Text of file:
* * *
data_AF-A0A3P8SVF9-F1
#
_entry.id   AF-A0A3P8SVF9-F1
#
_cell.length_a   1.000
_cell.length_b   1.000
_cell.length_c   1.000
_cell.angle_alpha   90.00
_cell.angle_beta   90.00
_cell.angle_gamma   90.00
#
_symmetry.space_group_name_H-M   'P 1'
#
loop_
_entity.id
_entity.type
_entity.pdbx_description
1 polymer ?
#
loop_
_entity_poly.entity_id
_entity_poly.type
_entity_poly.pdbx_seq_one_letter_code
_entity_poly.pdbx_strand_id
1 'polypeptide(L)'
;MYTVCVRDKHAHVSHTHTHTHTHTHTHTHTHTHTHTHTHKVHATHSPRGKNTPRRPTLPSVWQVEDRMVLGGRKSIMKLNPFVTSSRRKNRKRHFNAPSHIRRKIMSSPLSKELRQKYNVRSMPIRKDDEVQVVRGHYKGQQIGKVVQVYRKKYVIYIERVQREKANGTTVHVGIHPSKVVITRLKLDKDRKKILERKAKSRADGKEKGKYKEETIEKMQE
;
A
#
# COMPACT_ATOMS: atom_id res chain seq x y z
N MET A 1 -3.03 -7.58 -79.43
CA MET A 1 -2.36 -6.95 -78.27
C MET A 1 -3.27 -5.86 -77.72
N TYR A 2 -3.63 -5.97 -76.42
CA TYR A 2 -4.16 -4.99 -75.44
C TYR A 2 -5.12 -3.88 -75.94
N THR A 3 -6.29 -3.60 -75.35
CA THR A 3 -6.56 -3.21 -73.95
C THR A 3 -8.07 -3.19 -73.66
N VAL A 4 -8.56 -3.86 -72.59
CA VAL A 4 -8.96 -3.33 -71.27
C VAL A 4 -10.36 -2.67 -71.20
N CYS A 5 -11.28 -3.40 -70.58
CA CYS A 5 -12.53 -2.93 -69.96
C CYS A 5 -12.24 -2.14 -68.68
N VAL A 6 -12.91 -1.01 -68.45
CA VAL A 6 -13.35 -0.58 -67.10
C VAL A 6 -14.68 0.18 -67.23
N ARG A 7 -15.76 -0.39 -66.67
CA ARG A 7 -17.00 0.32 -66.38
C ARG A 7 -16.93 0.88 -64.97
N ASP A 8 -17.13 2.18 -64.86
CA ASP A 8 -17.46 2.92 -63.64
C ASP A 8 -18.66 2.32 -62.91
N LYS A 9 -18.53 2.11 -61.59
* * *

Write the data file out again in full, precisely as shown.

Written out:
data_AF-A0A3P8SVF9-F1
#
_entry.id   AF-A0A3P8SVF9-F1
#
_cell.length_a   1.000
_cell.length_b   1.000
_cell.length_c   1.000
_cell.angle_alpha   90.00
_cell.angle_beta   90.00
_cell.angle_gamma   90.00
#
_symmetry.space_group_name_H-M   'P 1'
#
loop_
_entity.id
_entity.type
_entity.pdbx_description
1 polymer ?
#
loop_
_entity_poly.entity_id
_entity_poly.type
_entity_poly.pdbx_seq_one_letter_code
_entity_poly.pdbx_strand_id
1 'polypeptide(L)'
;MYTVCVRDKHAHVSHTHTHTHTHTHTHTHTHTHTHTHTHKVHATHSPRGKNTPRRPTLPSVWQVEDRMVLGGRKSIMKLNPFVTSSRRKNRKRHFNAPSHIRRKIMSSPLSKELRQKYNVRSMPIRKDDEVQVVRGHYKGQQIGKVVQVYRKKYVIYIERVQREKANGTTVHVGIHPSKVVITRLKLDKDRKKILERKAKSRADGKEKGKYKEETIEKMQE
;
A
#
# COMPACT_ATOMS: atom_id res chain seq x y z
N MET A 1 -3.03 -7.58 -79.43
CA MET A 1 -2.36 -6.95 -78.27
C MET A 1 -3.27 -5.86 -77.72
N TYR A 2 -3.63 -5.97 -76.42
CA TYR A 2 -4.16 -4.99 -75.44
C TYR A 2 -5.12 -3.88 -75.94
N THR A 3 -6.29 -3.60 -75.35
CA THR A 3 -6.56 -3.21 -73.95
C THR A 3 -8.07 -3.19 -73.66
N VAL A 4 -8.56 -3.86 -72.59
CA VAL A 4 -8.96 -3.33 -71.27
C VAL A 4 -10.36 -2.67 -71.20
N CYS A 5 -11.28 -3.40 -70.58
CA CYS A 5 -12.53 -2.93 -69.96
C CYS A 5 -12.24 -2.14 -68.68
N VAL A 6 -12.91 -1.01 -68.45
CA VAL A 6 -13.35 -0.58 -67.10
C VAL A 6 -14.68 0.18 -67.23
N ARG A 7 -15.76 -0.39 -66.67
CA ARG A 7 -17.00 0.32 -66.38
C ARG A 7 -16.93 0.88 -64.97
N ASP A 8 -17.13 2.18 -64.86
CA ASP A 8 -17.46 2.92 -63.64
C ASP A 8 -18.66 2.32 -62.91
N LYS A 9 -18.53 2.11 -61.59